Utterly off topic, but anyone got any ideas?

My avatar only appears correctly these days when I sign in from my main computer. If I use laptop or mobile device (which I have done a lot over summer as I’ve preferred to be outside rather than in the study) it doesn’t work.

It’s got be completely flummoxed, even with all my IT background!

All devices are Apple, so it’s not a PC / Apple difference.

I had assumed your cat kept going out for exercise. No doubt you have confirmed that the problem exists with different browsers. For the record, I’ve never had this issue using three Mac laptops (Safari browser) running three different versions of OSX and an iPad.

I wonder if something has become confused and your account may need to be reset by Which? It is probably irrelevant but you have used the same avatar for your current username and your old one, which included your surname. Best of luck.

Hello Dave D, make sure you’re logging in correctly. You may find that your PC/laptop is auto-filling the wrong email address, which won’t pick up your avatar. However, if you make sure you log in here https://conversation.which.co.uk/login/ then you should be ok. If you’d like to talk about any technical issues please email us: https://conversation.which.co.uk/contact-us rather than make a comment. Thanks.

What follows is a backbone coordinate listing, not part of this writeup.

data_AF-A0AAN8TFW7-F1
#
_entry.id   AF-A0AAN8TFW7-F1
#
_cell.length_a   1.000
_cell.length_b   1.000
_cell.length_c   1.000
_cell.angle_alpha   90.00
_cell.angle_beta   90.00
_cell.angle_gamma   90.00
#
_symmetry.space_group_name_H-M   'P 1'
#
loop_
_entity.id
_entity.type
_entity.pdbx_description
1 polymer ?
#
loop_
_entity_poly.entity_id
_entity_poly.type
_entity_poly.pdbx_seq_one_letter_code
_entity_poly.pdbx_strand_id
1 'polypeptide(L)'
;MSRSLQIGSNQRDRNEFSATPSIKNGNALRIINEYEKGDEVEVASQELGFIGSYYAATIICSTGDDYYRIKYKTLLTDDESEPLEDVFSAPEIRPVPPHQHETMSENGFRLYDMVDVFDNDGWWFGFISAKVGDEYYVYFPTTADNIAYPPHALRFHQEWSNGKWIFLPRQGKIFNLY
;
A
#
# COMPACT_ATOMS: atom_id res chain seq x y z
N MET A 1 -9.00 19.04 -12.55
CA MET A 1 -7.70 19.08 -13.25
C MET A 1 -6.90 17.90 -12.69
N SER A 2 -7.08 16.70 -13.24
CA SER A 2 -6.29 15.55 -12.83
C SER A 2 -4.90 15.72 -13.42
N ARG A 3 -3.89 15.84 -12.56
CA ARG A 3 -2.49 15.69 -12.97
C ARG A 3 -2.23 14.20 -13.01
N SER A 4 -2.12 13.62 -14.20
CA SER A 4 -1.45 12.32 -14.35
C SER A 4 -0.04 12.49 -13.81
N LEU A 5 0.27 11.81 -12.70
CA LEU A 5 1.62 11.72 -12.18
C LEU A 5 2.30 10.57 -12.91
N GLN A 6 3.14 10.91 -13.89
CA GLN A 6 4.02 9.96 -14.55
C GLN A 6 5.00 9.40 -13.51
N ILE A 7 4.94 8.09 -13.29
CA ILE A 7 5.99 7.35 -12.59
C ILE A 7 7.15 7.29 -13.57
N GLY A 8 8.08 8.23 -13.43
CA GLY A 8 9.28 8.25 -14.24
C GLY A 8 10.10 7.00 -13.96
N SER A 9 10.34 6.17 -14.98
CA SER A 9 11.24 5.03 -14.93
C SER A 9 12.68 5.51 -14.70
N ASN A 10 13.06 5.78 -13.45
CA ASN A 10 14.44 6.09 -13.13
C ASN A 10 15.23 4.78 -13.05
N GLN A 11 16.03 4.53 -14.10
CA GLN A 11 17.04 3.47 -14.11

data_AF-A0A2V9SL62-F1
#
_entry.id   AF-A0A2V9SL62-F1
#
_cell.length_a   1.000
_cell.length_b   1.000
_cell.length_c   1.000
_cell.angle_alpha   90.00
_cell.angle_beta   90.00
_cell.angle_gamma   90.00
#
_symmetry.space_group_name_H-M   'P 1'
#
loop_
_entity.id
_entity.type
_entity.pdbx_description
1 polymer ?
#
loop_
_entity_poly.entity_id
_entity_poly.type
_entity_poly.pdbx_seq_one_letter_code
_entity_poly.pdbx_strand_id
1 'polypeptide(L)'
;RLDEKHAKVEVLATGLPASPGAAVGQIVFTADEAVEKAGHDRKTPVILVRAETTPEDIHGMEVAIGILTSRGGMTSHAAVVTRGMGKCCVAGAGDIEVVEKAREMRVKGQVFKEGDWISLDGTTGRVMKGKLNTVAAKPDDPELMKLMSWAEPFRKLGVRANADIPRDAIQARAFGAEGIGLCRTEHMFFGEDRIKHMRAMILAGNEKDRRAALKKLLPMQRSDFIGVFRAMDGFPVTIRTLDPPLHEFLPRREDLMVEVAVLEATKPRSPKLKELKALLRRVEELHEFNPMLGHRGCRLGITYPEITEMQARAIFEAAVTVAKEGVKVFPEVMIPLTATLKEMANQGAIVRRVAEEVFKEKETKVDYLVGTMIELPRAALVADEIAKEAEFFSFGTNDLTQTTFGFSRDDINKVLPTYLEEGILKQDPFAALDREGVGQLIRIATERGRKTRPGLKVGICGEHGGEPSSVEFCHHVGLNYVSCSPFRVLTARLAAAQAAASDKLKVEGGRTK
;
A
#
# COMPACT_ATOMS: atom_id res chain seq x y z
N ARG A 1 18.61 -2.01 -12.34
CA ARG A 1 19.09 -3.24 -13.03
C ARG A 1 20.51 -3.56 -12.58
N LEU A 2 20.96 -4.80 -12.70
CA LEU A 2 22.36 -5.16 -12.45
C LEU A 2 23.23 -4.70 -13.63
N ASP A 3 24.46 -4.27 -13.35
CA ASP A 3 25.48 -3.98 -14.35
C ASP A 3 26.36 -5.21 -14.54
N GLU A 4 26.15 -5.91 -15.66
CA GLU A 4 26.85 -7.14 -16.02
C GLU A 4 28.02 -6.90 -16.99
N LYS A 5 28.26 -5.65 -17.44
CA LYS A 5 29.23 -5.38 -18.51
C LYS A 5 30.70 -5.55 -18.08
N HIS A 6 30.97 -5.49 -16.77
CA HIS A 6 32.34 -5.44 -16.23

Thanks Patrick and Wavechange. I think I’ve solved it thanks to Wavechange’s long term memory. Won’t go in to details here – off topic, but just wanted to say thanks to you both.

Charles Hobson says:
24 August 2012

While agreeing with the comments about the urgent need to reform the broken energy market, I’d like to differ with some of the comments about the Co-op as an energy supplier. I swapped to them very painlessly about 8 months ago and have nothing but praise for the way they handled this. The key thing to keep in mind is that they are member driven not profit / shareholder driven. That culture makes them operate in a very different way.